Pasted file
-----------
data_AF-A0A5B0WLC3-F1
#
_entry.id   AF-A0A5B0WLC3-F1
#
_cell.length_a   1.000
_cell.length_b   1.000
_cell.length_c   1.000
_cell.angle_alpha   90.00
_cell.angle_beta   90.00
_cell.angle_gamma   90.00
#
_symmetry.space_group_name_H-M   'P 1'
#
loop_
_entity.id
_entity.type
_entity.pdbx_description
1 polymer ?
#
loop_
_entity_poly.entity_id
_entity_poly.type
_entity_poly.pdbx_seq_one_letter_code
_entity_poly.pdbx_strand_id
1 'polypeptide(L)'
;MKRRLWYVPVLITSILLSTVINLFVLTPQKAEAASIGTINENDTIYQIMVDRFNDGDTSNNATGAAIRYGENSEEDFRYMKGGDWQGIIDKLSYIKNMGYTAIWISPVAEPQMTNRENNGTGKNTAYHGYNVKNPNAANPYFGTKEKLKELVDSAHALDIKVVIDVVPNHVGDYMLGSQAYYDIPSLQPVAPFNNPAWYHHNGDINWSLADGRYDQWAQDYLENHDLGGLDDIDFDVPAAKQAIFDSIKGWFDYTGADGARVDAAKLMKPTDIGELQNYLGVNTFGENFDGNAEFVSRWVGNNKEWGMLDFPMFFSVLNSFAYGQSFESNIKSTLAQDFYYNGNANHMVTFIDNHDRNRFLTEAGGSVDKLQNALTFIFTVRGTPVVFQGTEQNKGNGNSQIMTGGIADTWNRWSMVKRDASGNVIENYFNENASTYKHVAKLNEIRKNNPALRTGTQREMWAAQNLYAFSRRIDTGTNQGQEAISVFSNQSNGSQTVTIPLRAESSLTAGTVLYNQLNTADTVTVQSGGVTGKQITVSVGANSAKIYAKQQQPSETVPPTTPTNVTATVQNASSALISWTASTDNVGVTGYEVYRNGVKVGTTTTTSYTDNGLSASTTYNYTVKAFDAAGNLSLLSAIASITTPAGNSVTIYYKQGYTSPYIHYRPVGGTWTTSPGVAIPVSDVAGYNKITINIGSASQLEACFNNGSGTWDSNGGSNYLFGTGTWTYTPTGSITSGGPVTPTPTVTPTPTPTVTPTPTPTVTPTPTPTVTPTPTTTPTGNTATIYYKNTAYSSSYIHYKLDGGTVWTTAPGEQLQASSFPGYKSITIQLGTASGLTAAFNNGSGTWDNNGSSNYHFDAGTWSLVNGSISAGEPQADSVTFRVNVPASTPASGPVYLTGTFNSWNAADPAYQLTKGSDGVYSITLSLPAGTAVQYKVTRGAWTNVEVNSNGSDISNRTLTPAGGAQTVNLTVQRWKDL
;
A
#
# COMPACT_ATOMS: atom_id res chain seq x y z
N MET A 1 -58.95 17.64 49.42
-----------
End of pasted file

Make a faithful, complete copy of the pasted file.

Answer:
data_AF-A0A5B0WLC3-F1
#
_entry.id   AF-A0A5B0WLC3-F1
#
_cell.length_a   1.000
_cell.length_b   1.000
_cell.length_c   1.000
_cell.angle_alpha   90.00
_cell.angle_beta   90.00
_cell.angle_gamma   90.00
#
_symmetry.space_group_name_H-M   'P 1'
#
loop_
_entity.id
_entity.type
_entity.pdbx_description
1 polymer ?
#
loop_
_entity_poly.entity_id
_entity_poly.type
_entity_poly.pdbx_seq_one_letter_code
_entity_poly.pdbx_strand_id
1 'polypeptide(L)'
;MKRRLWYVPVLITSILLSTVINLFVLTPQKAEAASIGTINENDTIYQIMVDRFNDGDTSNNATGAAIRYGENSEEDFRYMKGGDWQGIIDKLSYIKNMGYTAIWISPVAEPQMTNRENNGTGKNTAYHGYNVKNPNAANPYFGTKEKLKELVDSAHALDIKVVIDVVPNHVGDYMLGSQAYYDIPSLQPVAPFNNPAWYHHNGDINWSLADGRYDQWAQDYLENHDLGGLDDIDFDVPAAKQAIFDSIKGWFDYTGADGARVDAAKLMKPTDIGELQNYLGVNTFGENFDGNAEFVSRWVGNNKEWGMLDFPMFFSVLNSFAYGQSFESNIKSTLAQDFYYNGNANHMVTFIDNHDRNRFLTEAGGSVDKLQNALTFIFTVRGTPVVFQGTEQNKGNGNSQIMTGGIADTWNRWSMVKRDASGNVIENYFNENASTYKHVAKLNEIRKNNPALRTGTQREMWAAQNLYAFSRRIDTGTNQGQEAISVFSNQSNGSQTVTIPLRAESSLTAGTVLYNQLNTADTVTVQSGGVTGKQITVSVGANSAKIYAKQQQPSETVPPTTPTNVTATVQNASSALISWTASTDNVGVTGYEVYRNGVKVGTTTTTSYTDNGLSASTTYNYTVKAFDAAGNLSLLSAIASITTPAGNSVTIYYKQGYTSPYIHYRPVGGTWTTSPGVAIPVSDVAGYNKITINIGSASQLEACFNNGSGTWDSNGGSNYLFGTGTWTYTPTGSITSGGPVTPTPTVTPTPTPTVTPTPTPTVTPTPTPTVTPTPTTTPTGNTATIYYKNTAYSSSYIHYKLDGGTVWTTAPGEQLQASSFPGYKSITIQLGTASGLTAAFNNGSGTWDNNGSSNYHFDAGTWSLVNGSISAGEPQADSVTFRVNVPASTPASGPVYLTGTFNSWNAADPAYQLTKGSDGVYSITLSLPAGTAVQYKVTRGAWTNVEVNSNGSDISNRTLTPAGGAQTVNLTVQRWKDL
;
A
#
# COMPACT_ATOMS: atom_id res chain seq x y z
N MET A 1 -58.95 17.64 49.42